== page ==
• Joel Bauer MD
  • Stephen Gorfine MD
  • David Chessin MD
  • Daniel Popowich MD

Ulcerative Colitis

Treating Ulcerative Colitis in Manhattan

Understanding Your Treatment Options

Ulcerative colitis is an inflammatory disease of the large intestine (also known as the colon). It is clinically distinguished from Crohn's disease as it only affects the large intestine, and thus can be cured by surgical removal in most cases. Management of the disease includes medication, often administered by a Manhattan gastroenterologist, and surgery.

At Manhattan Surgical Associates, we have more than 60 years of experience treating conditions of the colon such as ulcerative colitis. Call us today at 646.798.4606 to learn more.

Diagnosing Ulcerative Colitis in Our Manhattan Offices

The first step in the diagnosis of ulcerative colitis includes a history and physical examination. The disease is often then diagnosed definitively with a colonoscopy and biopsy, during which a small amount of tissue from the lining of the large intestine is removed and sent for pathologic examination. The disease can often be diagnosed from the resulting pathology.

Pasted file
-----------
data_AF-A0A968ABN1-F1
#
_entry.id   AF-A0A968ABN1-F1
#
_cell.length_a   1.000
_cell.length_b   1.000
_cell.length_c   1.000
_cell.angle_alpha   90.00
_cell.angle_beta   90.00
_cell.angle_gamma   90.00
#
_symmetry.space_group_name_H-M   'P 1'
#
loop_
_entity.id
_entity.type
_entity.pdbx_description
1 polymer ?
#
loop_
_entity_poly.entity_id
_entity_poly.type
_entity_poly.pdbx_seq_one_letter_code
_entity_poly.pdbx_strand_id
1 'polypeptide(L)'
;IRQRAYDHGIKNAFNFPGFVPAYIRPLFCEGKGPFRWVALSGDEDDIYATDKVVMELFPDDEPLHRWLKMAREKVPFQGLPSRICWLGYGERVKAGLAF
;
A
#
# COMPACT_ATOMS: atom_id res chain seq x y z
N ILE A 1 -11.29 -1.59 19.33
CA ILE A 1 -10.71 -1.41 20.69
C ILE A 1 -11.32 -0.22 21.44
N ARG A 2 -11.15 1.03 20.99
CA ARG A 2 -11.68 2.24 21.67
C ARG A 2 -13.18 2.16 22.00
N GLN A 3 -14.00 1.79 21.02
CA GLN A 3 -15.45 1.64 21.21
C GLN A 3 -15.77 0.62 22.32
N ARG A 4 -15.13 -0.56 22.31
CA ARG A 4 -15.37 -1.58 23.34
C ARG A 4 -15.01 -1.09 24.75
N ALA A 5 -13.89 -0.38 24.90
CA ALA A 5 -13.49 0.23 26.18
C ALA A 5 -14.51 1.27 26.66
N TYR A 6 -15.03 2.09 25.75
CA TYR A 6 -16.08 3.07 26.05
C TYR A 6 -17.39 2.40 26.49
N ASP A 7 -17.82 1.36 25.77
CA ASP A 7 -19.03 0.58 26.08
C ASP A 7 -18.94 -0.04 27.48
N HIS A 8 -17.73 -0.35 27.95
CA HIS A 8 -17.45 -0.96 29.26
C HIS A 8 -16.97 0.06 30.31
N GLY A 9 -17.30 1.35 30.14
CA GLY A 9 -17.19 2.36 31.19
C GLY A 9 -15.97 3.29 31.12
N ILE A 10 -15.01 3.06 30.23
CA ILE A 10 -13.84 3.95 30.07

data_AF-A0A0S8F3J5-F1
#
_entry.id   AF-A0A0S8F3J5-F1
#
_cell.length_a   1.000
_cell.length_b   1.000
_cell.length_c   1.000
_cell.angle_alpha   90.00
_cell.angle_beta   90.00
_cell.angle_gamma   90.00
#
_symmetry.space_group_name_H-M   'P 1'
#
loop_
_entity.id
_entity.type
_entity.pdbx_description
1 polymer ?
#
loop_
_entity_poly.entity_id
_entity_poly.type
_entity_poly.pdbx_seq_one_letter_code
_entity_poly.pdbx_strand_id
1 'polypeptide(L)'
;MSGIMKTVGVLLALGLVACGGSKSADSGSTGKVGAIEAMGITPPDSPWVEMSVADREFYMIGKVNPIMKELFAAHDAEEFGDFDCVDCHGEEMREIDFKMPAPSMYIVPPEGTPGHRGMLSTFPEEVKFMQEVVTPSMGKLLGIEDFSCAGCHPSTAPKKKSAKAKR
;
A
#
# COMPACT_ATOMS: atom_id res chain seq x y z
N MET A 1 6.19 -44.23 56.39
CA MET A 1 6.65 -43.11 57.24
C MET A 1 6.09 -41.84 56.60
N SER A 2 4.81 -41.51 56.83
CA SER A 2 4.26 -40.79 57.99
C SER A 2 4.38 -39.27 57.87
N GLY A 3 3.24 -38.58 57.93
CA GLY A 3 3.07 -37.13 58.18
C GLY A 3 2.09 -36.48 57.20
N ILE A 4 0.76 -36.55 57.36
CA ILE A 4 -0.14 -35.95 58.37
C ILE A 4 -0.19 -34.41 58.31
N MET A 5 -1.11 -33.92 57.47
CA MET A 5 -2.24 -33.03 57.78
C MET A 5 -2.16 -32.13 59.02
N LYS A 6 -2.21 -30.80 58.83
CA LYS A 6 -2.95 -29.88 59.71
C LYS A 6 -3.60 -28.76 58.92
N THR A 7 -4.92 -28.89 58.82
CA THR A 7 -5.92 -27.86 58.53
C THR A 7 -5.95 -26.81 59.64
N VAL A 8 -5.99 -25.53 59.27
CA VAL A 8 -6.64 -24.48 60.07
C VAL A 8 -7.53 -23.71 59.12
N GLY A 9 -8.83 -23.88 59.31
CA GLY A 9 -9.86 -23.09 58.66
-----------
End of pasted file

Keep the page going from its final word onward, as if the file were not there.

Additionally, a colonoscopy is used for the surveillance of precancerous and cancerous lesions in patients with ulcerative colitis. Other studies that may be used include plain abdominal X-rays and a CT scan of the abdomen and pelvis. Radiologic studies are often used to evaluate for the complications of ulcerative colitis, including large intestine dilation and perforation.

A few of the most common symptoms of ulcerative colitis include:

  • Bloody diarrhea
  • Abdominal pain
  • Pale skin
  • Fatigue
  • Weight loss and poor appetite

Treatment of Ulcerative Colitis

In many cases, the initial treatment of ulcerative colitis includes medication, which is administered by a gastroenterologist. The medications commonly used include 5-ASA compounds (such as mesalamine), steroids, 6-MP/azathioprine, Cyclosporine, and Remicade.

Surgery may be recommended in patients who are unresponsive to medical management, those who have intolerable side-effects of the medication, or those who have developed precancerous or cancerous lesions of the large intestine. The surgery may be performed in one to three different procedures, depending on the reason for surgery and the clinical appearance of the patient.

In some situations, most of the colon is removed (subtotal colectomy) and a temporary ileostomy is performed. Following recovery from this surgery, the remaining colon and rectum are removed. Following removal of the colon and rectum, a permanent ileostomy is an option. However, most people are candidates for a restorative proctocolectomy (ileal J-pouch).

A restorative proctocolectomy involves creating a pouch out of the end of the small intestine and connecting it to the anus, therefore removing the diseased large intestine with maintenance of the normal route of defecation. Our practice has performed more than 1700 restorative proctocolectomies.

Email our Manhattan colorectal surgeons today to make an appointment.

Contact Us

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